Viewing page 10 of 167

This transcription has been completed. Contact us with corrections.

Sri Vishnu Brahmin.
As among the Aryan tribes of Northern India, so also among the Dravidians of the South, Brahmins hold the first place as the priestly order, and are in nowise inferior in learning and sanctity. The general divisions of Brahmins all over India are into two great classes, the northern being the Panch Gauda, or five Gauda; those of the south, Panch Dravida, or five Dravidian; all being further divided by gotes, or castes, and family considerations; but the Brahmins of the north do not intermarry with those of the south, considering them inferior; while, on the other hand, the southern Brahmins consider the northerns impure and have no connection with them: yet in essentials they are necessarily alike, worshipping the same divinities and professing the same belief. Divisings of sects also exist in both, and they are followers of Vishnu or of Siva, as it may be. Those who follow Vishnu wear the trident-shaped sect mark, as in the figure represented, and term themselves Sri Vaishnava, whose sprirtual guide is Ramanuja Acharya, while the Madva, or Vaishnava, adopt the tenets of Madva Acharya, the missionary who preached his own doctrines in the South of India in the early part of the twelfth century. They mark their foreheads with a black perpendicular stripe divided by a round red spot. The Smarthas, another division, join both Vishnu and Siva worship, and are known by their horizontal strokes with a round red spot in the middle; their founder being Shankar Acharya, another missionary from the north whose tenets are held in much reverence. There are also Laukika Brahmins of all the above denominations, who follow worldly occupations such as trade, goverment, or other service, while among the Smarthas are many who devote themselves exclusively to religious lives, and are like other priestly professors, termed Vaidika.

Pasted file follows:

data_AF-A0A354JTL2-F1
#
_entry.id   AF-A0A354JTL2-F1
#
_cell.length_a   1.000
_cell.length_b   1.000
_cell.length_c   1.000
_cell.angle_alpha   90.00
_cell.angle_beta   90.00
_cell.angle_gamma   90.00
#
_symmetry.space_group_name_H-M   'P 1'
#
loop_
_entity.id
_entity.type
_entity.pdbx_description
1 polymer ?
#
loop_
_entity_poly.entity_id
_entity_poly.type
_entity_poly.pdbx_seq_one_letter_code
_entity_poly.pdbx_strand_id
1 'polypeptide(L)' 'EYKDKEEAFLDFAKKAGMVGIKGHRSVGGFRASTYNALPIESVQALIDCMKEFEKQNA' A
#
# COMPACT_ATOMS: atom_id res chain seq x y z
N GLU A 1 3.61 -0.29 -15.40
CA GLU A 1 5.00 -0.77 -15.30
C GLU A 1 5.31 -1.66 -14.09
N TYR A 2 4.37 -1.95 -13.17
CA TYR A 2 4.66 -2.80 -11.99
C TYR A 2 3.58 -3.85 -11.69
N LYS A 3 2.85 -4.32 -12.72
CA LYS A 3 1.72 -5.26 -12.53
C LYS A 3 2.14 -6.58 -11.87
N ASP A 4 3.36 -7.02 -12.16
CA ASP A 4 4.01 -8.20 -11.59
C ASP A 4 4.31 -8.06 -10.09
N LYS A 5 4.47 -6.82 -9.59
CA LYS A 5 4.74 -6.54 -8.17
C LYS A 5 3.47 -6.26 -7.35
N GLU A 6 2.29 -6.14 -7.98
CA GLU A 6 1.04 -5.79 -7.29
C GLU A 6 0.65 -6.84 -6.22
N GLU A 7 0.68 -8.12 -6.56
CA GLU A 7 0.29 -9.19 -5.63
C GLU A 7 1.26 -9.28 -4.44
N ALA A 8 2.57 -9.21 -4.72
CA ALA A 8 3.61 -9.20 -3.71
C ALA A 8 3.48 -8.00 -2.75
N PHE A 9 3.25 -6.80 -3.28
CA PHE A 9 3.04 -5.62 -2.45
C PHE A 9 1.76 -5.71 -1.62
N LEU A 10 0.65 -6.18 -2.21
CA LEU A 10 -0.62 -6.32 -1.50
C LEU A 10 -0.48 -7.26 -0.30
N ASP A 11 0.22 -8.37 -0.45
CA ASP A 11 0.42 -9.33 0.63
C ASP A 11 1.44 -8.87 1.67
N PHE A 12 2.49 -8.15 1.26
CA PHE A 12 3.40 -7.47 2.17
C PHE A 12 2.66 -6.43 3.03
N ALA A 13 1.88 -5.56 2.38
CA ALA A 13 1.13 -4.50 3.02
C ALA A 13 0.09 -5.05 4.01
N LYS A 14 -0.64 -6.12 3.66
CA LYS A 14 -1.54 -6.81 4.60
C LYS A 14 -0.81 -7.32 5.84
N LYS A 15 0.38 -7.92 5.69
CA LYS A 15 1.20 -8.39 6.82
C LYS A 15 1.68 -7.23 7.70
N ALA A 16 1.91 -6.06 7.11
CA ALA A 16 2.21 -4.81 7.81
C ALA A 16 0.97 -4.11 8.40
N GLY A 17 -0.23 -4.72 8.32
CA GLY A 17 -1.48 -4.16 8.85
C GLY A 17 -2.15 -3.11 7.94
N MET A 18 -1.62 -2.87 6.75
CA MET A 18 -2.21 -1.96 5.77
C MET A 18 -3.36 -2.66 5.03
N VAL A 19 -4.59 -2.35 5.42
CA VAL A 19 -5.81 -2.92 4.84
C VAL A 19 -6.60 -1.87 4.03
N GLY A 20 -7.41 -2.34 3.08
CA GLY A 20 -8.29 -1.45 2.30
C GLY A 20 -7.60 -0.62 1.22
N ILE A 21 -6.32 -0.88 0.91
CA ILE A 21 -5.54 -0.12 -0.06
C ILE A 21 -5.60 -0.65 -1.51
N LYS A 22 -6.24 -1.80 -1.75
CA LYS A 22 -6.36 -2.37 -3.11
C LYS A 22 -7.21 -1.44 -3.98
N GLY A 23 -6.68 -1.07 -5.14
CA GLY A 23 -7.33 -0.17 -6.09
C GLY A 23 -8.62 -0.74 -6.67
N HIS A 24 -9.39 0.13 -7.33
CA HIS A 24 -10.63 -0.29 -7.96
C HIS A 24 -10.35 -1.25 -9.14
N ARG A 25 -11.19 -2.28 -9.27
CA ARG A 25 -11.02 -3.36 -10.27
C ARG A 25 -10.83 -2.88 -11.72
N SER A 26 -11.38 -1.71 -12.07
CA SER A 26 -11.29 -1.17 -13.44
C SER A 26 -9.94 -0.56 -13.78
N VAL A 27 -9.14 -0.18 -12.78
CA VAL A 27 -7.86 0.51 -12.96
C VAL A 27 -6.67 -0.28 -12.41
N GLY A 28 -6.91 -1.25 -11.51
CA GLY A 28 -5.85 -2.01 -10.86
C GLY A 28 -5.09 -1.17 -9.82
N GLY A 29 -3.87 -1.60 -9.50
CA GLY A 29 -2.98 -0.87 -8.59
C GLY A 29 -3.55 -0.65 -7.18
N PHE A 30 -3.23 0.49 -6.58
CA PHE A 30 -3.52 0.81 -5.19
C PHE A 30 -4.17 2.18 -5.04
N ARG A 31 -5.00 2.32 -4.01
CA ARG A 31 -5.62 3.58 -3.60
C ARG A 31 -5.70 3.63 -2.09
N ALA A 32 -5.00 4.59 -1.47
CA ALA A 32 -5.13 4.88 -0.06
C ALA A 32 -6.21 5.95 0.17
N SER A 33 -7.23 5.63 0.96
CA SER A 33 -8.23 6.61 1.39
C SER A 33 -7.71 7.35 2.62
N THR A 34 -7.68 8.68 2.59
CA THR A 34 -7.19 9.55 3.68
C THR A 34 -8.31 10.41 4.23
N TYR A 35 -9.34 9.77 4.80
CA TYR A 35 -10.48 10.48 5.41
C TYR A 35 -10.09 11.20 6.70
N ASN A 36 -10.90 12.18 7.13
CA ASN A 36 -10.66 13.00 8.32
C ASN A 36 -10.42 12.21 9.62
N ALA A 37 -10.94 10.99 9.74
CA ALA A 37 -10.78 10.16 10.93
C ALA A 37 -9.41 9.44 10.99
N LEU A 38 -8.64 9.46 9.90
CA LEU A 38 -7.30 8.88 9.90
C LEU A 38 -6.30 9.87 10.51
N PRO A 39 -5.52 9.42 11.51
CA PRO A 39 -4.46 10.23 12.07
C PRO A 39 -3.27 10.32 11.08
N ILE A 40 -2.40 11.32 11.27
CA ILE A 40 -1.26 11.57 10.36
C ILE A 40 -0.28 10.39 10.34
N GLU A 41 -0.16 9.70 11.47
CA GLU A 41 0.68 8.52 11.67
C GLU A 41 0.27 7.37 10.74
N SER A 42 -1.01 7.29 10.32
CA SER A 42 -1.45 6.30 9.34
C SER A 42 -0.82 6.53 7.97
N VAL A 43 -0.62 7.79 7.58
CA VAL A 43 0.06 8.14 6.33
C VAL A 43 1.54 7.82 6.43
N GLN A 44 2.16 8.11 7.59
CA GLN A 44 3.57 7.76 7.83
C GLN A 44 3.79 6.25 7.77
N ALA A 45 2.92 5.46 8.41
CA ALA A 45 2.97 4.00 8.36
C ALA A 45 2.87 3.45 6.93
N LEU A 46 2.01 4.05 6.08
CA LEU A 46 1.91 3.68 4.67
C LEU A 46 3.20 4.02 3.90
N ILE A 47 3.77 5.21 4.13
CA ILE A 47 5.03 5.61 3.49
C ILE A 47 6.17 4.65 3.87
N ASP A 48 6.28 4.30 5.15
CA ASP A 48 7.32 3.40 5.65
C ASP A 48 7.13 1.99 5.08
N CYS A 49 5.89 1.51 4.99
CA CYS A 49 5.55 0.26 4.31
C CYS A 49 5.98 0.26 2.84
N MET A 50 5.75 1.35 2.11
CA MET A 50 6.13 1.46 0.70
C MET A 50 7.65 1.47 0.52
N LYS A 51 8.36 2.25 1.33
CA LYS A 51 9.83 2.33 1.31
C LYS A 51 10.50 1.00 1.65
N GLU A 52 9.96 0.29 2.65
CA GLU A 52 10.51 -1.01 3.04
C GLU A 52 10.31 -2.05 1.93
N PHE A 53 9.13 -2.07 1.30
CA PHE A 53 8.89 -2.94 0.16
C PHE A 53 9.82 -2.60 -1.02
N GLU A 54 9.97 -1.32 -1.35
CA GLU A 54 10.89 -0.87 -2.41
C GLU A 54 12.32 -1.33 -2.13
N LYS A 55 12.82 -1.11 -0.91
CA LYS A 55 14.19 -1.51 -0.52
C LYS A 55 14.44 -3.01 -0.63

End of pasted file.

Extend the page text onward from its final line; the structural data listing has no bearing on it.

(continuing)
Thus the constitution of the Dravidian Brahmins of Southern India does not seem to differ from that of the Northern Aryans, and they are controlled and governed on points of doctrine and caste observances by hereditary Swamees or popes, who keep up the discipline of caste, and preserve general purity of